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Creepers of the world, science is not your friend

Science has confirmed what we all knew already – men are more likely to be creeps

Every once in a while, a scientific study comes out that makes you roll your eyes and wonder why they bothered with an empirical study when a random survey of people in the street would have told you the same thing. And so, to the brilliantly named ‘On The Nature Of Creepiness’ study in scientific journal New Ideas in Psychology.

The study, of 1341 individuals, describes itself as the first ‘empirical study of creepiness’ of its kind. Unsurprisingly, for any woman who’s ever felt the clammy breath of a lurker on her back or a boss who maintains eye contact that fraction too long, the study found that men are much more likely than women to be perceived as creeps.

Participants in the survey were asked to rate the creepiness of 44 different behaviours. Creepy vibes entailed when people repeatedly licked their lips, laughed inappropriately, or consistently steered conversations towards sex. The creepiest professions? Aside from the obvious (clowns, sex-shop owners and funeral directors), weather presenters weirdly copped some major creep flak.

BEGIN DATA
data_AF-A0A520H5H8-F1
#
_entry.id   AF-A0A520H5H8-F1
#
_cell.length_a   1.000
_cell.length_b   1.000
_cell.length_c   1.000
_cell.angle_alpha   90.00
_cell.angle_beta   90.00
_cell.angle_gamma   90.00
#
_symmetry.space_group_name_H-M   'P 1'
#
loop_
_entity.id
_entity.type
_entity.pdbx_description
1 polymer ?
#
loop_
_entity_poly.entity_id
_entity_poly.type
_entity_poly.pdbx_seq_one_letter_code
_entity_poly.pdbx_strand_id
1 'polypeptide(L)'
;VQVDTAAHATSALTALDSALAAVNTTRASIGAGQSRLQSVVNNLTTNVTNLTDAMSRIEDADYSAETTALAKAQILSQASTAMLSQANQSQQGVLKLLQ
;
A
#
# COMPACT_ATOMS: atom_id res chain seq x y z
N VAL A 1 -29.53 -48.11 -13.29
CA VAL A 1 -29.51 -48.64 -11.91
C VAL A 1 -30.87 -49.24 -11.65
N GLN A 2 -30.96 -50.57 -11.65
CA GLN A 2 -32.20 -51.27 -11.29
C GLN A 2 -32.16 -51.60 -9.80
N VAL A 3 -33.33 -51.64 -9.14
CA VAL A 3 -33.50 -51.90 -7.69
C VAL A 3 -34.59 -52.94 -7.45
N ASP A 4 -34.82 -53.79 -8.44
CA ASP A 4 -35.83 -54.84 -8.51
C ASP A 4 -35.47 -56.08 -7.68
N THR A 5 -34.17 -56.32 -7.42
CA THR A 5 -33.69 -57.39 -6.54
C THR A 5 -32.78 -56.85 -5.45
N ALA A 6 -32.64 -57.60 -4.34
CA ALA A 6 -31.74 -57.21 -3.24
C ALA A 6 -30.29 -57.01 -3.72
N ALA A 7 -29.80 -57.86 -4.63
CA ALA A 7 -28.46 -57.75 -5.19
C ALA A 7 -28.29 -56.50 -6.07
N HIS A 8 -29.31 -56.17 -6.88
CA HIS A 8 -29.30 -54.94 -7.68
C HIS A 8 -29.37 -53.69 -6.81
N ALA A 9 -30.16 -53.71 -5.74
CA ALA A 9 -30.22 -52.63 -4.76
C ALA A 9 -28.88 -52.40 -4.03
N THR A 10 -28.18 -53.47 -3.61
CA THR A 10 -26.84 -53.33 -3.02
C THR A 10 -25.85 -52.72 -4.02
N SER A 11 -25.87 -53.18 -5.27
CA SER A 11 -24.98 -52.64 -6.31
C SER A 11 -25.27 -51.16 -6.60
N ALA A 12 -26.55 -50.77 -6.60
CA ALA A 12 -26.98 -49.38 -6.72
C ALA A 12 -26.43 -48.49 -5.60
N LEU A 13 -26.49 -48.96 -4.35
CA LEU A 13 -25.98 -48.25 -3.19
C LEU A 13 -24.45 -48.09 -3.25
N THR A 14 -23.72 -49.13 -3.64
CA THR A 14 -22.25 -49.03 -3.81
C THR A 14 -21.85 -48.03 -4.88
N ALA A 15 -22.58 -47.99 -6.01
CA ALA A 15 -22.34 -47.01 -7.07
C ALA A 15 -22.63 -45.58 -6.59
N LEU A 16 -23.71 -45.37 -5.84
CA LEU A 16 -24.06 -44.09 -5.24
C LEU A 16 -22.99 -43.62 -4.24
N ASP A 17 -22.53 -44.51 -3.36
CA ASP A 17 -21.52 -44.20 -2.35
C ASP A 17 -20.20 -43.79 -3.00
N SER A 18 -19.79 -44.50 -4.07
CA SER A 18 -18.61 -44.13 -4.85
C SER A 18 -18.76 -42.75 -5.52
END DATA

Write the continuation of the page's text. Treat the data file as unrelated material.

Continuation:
What’s interesting about the study is how much of a gendered phenomenon being a creep really is. Both the men and women surveyed agreed that men were more likely to be creeps, and women were more likely to connote being creepy with sexual overtones. Not sure if you’re a creeper? Well, if you’ve come onto someone repeatedly who’s given you no indication they’re into you, asked them for naked photos or sent them repeated ‘heyyyy’ messages, I hate to break it to you my friend – but you’re a creep.

h/t Vocativ